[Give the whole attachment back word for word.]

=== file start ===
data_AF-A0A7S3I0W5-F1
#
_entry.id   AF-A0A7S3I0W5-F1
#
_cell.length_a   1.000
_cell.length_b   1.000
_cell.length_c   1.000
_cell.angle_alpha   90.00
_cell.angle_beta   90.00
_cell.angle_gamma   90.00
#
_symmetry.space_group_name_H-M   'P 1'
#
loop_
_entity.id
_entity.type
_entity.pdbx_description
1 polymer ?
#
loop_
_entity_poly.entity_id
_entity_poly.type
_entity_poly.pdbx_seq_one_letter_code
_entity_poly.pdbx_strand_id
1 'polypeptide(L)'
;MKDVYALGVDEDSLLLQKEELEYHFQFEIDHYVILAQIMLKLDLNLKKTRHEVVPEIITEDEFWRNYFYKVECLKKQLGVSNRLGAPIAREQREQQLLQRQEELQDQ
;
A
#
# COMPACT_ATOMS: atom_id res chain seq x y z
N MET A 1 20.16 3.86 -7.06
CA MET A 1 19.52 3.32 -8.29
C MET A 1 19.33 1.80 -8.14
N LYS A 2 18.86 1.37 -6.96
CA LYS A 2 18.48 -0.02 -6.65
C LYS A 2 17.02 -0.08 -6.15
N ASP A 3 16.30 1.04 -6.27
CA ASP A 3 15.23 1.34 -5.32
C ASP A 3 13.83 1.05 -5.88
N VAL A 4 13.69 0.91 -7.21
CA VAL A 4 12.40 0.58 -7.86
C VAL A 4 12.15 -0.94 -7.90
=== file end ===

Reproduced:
data_AF-A0A7S3I0W5-F1
#
_entry.id   AF-A0A7S3I0W5-F1
#
_cell.length_a   1.000
_cell.length_b   1.000
_cell.length_c   1.000
_cell.angle_alpha   90.00
_cell.angle_beta   90.00
_cell.angle_gamma   90.00
#
_symmetry.space_group_name_H-M   'P 1'
#
loop_
_entity.id
_entity.type
_entity.pdbx_description
1 polymer ?
#
loop_
_entity_poly.entity_id
_entity_poly.type
_entity_poly.pdbx_seq_one_letter_code
_entity_poly.pdbx_strand_id
1 'polypeptide(L)'
;MKDVYALGVDEDSLLLQKEELEYHFQFEIDHYVILAQIMLKLDLNLKKTRHEVVPEIITEDEFWRNYFYKVECLKKQLGVSNRLGAPIAREQREQQLLQRQEELQDQ
;
A
#
# COMPACT_ATOMS: atom_id res chain seq x y z
N MET A 1 20.16 3.86 -7.06
CA MET A 1 19.52 3.32 -8.29
C MET A 1 19.33 1.80 -8.14
N LYS A 2 18.86 1.37 -6.96
CA LYS A 2 18.48 -0.02 -6.65
C LYS A 2 17.02 -0.08 -6.15
N ASP A 3 16.30 1.04 -6.27
CA ASP A 3 15.23 1.34 -5.32
C ASP A 3 13.83 1.05 -5.88
N VAL A 4 13.69 0.91 -7.21
CA VAL A 4 12.40 0.58 -7.86
C VAL A 4 12.15 -0.94 -7.90